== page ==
Wednesday, July 28, 2010

The fabric box

Good evening!
My pharmacology test went well, in case you were wondering. I had planned to get this tutorial posted around 3pm, however it actually rained here in desert-like South Texas and the power was down for several hours. Which means no iron, sewing machine, computer, or internet. I ended up passing the time, cutting fabric for future projects. During my silent solitude of fabric cutting I started thinking how we as a culture have become so dependent on electricity. It almost made me want to get a foot pedal sewing machine--then it's like a work out and sewing all in one! That is an entirely different topic however....

Anyways back to the tutorial. A few days ago I put together the first tote depicted in the "sneek peek" post and I liked the out come, but the whole thing was kinda floppy looking. So I decided to install cardboard sides/bottom in the next one to see if that helped stiffen it up and if it was actually do-able.

The one on the left has cardboard, and the one on the right has just one layer of interfacing.

Cardboard is very unforgiving and I had quite a hard time lining everything up perfectly--If I ever make anymore, I'll just interface the outside and liner of the box. this should be plenty stiff to hold fabric, yarn and other various semi-light weight projects.

So here are the supplies:
- 1/2 yard of fabric for the outside
- 1/2 yard of fabric for the liner
- a little over 2 yards of 20 inch heavy fuse-able interfacing (if you want to interface liner & outside
- bias tape or materials to make double bias tape (1/2 inch or an inch, its your preference)
- approximately 3 cereal boxes, duct tape (optional)
- sewing machine, matching thread, scissors, ruler, fabric marker, bias tape maker, pins

So first we need to cut lots of fabric, interfacing, cardboard, and bias.

First I cut my cardboard, because I actually used it as a template to cut all the fabric/interfacing.

You need to cut:
1: 10" x 10" square
4: 10" x 8" rectangles (Why 2 inches shorter? because we are going to fold over the top about 2 inches)

The for the fabric you need:
5: 10" x 10" squares of outer fabric
5: 10" x 10" squares of liner
5: 10" x 10" squares of interfacing (add an additional 5 pieces if you aren't using cardboard)
Approximately 40 inches of double fold 1 or 1/2 inch bias tape.

Lots of cut up cereal boxes!

Go ahead and interface your outer fabric (also interface you liner if you aren't using cardboard), and make your bias tape since you are at the iron and its hot already! If you need a reminder about interfacing you can go to my previous tutorial here and scroll down a bit.

I made my bias tape for the this tutorial, but the first box I made I had some left over from a quilt. Plus I wanted to try out my fancy new easy-to-use bias tape maker!!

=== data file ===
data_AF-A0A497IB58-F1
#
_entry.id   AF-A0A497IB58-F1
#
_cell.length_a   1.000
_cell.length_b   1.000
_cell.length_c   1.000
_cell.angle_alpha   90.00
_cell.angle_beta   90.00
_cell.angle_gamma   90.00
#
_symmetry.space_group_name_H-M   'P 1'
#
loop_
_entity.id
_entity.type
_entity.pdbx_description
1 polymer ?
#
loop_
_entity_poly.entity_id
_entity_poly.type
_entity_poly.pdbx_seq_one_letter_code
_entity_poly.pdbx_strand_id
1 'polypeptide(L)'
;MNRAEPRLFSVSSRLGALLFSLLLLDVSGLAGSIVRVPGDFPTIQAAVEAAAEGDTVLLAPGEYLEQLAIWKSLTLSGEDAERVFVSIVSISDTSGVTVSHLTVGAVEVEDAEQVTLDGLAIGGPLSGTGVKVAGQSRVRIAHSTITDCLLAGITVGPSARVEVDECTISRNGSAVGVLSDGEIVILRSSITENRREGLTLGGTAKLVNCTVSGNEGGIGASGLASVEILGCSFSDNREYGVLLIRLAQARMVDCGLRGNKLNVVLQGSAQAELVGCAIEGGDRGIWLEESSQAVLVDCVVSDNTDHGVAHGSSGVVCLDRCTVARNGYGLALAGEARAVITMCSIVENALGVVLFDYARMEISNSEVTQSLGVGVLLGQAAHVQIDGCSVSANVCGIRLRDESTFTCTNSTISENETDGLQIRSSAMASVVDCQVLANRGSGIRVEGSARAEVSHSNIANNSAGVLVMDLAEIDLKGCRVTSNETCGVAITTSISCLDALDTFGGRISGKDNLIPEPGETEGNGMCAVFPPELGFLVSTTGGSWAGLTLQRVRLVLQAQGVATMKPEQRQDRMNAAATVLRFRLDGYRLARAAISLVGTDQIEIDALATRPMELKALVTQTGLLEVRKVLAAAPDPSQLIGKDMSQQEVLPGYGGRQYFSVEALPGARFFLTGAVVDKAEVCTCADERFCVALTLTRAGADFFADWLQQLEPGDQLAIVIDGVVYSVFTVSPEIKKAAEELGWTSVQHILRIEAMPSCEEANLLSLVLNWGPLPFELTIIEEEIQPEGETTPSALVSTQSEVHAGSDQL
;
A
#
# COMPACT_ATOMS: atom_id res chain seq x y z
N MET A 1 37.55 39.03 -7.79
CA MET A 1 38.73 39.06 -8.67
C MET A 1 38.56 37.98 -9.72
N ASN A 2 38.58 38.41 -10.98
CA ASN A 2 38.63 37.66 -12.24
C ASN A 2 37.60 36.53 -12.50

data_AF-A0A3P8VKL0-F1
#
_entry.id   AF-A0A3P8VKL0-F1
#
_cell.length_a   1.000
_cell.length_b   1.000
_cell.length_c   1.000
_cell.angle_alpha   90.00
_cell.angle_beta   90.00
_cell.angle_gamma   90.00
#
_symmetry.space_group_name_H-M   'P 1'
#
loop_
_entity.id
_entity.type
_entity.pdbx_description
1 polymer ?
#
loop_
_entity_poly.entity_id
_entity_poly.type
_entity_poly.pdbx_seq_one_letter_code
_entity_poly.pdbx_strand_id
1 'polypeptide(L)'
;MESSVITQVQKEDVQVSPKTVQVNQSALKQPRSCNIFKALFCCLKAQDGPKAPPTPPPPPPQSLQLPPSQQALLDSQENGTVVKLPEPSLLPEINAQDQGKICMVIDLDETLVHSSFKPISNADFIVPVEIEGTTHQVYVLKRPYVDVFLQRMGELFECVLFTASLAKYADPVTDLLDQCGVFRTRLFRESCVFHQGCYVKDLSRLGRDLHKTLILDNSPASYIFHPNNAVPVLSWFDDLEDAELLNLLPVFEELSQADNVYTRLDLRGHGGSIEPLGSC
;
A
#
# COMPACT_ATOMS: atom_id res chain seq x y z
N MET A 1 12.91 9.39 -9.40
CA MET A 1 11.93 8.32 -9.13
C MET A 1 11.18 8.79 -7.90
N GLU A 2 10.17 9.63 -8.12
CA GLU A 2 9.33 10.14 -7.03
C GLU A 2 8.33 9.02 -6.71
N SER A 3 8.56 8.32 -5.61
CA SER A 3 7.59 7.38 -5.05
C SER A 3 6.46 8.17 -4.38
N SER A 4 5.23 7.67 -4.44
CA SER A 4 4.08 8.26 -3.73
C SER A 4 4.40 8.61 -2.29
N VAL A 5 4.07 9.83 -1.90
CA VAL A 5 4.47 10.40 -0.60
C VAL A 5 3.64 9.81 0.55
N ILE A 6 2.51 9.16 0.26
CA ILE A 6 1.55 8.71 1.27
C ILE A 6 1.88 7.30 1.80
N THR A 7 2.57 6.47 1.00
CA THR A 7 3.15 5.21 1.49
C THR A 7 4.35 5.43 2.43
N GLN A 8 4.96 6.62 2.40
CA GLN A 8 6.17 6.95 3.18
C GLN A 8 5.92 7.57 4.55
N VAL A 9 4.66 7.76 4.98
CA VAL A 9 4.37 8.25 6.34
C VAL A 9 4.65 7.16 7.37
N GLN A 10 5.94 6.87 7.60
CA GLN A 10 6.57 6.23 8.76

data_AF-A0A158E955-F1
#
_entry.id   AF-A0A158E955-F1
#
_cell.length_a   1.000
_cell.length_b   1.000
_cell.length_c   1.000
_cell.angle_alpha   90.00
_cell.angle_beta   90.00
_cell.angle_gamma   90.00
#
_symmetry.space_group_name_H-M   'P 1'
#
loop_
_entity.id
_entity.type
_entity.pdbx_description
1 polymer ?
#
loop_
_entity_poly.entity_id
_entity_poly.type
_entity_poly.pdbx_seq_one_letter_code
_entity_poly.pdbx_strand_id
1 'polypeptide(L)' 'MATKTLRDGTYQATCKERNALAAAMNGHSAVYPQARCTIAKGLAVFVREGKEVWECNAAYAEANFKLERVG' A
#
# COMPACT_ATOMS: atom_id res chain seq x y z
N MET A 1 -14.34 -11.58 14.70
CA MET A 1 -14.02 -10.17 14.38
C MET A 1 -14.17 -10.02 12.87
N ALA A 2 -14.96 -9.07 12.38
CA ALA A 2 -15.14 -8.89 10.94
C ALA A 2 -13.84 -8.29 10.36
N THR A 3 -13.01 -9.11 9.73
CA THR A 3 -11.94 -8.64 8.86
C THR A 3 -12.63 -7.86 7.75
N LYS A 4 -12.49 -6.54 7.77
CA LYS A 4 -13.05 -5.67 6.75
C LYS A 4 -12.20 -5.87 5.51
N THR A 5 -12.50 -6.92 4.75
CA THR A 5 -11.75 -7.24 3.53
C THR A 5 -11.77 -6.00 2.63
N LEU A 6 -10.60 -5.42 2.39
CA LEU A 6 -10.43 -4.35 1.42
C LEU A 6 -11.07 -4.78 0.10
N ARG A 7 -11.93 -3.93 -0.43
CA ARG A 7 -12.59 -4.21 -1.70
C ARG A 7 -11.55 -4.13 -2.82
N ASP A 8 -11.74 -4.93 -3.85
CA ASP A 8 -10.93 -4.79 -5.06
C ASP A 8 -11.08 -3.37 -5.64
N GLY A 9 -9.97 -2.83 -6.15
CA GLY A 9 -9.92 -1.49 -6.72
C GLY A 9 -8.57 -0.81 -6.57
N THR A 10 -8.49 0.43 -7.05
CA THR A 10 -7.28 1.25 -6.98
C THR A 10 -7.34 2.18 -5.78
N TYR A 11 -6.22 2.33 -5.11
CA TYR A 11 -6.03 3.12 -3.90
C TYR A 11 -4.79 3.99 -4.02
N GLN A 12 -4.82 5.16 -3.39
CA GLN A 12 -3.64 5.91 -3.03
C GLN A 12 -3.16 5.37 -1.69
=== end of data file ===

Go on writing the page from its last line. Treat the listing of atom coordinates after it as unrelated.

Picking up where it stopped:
This made it soooooo much easier, quick, and very straight bias tape!! LOVE IT! (plus I bought it with a 40% off coupon--whoo hoo!)

Once you are all done interfacing, take two of your outer pieces, put them face to face and sew up the sides with a 1/4 inch seam

Now continue doing this until you have a row of 4 squares sewed together, and a single square left.

Now we are going to sew the bottom in, one end and your single piece face to face, and sew the red line

Now lay your piece flat, and rotate the "bottom" over

Like sew the red lines together

Now again, rotate the bottom and sew face to face...

Now finish it up by connecting the two sides and the bottom piece to make your box

Now repeat these same steps for your liner....

Now press the seams so your box will hold its shape a little better.

Assemble your cardboard box, but first measure your fabric to see how much it "shrank" due to seam allowance, trim the cardboard, and duct tape together. Frequently check to see if it fits okay as you tape it together.

Now you are going to make a cardboard sandwich, like this

Now pin your bias on from the inside, because the inside is going to be facing out once we fold it over and you want it to look pretty!!! make sense?

Now sew your bias in using the same color thread...I'm telling you this because I forgot and had to ripe white thread out of my black bias for an inch or too....

Sewing the corners is a bit like riding a roller coaster and going through a loop, its fun, scary, and a little go SLOW!! take your time!!!

Now fold your box top over a bit and do a happy dance!!!

I already have a stack of projects ready to go in my fabric box!!

So what are you going to do with your fabric box? easy and cheap storage solution for the kid's toys? Store your fabric scraps? Hide your clutter? The possibilities are endless, the best part is you can make them any size to fit your space!!

Thanks for stopping by!! Don't forget to leave a comment and tell me if you plan on doing this tutorial, I would love to see pictures!! Also do me a favor and go the top of the page and on the right hand side click "follow" so you can get up-to-date info on all my posts and tutorials!!!


  1. Thank you so much for this tutorial, I love it.

  2. These are very cute! And I love that it's recycled boxes. And you're doing this while you're testing! W-O-W! Well done! Thanks for posting ... I've added a link. Check it out and add a few links of your own!

  3. Excellent idea! Now I can organize my craft studio with custom boxes that match! On the cheap! It's a win win, thanks!

  4. Awesome! Found this on pinterest! this will work great in the kids room!

  5. I'm excited to try this! Quick question (as a sewing newbie), if I don't use cardboard and use the interfacing, do I put the interfacing on the fabric, including the area that will be folded over? Or do I put it up to the area that will fold over? Thanks!


I love reading your comments!! Thanks for sharing your thoughts

Related Posts with Thumbnails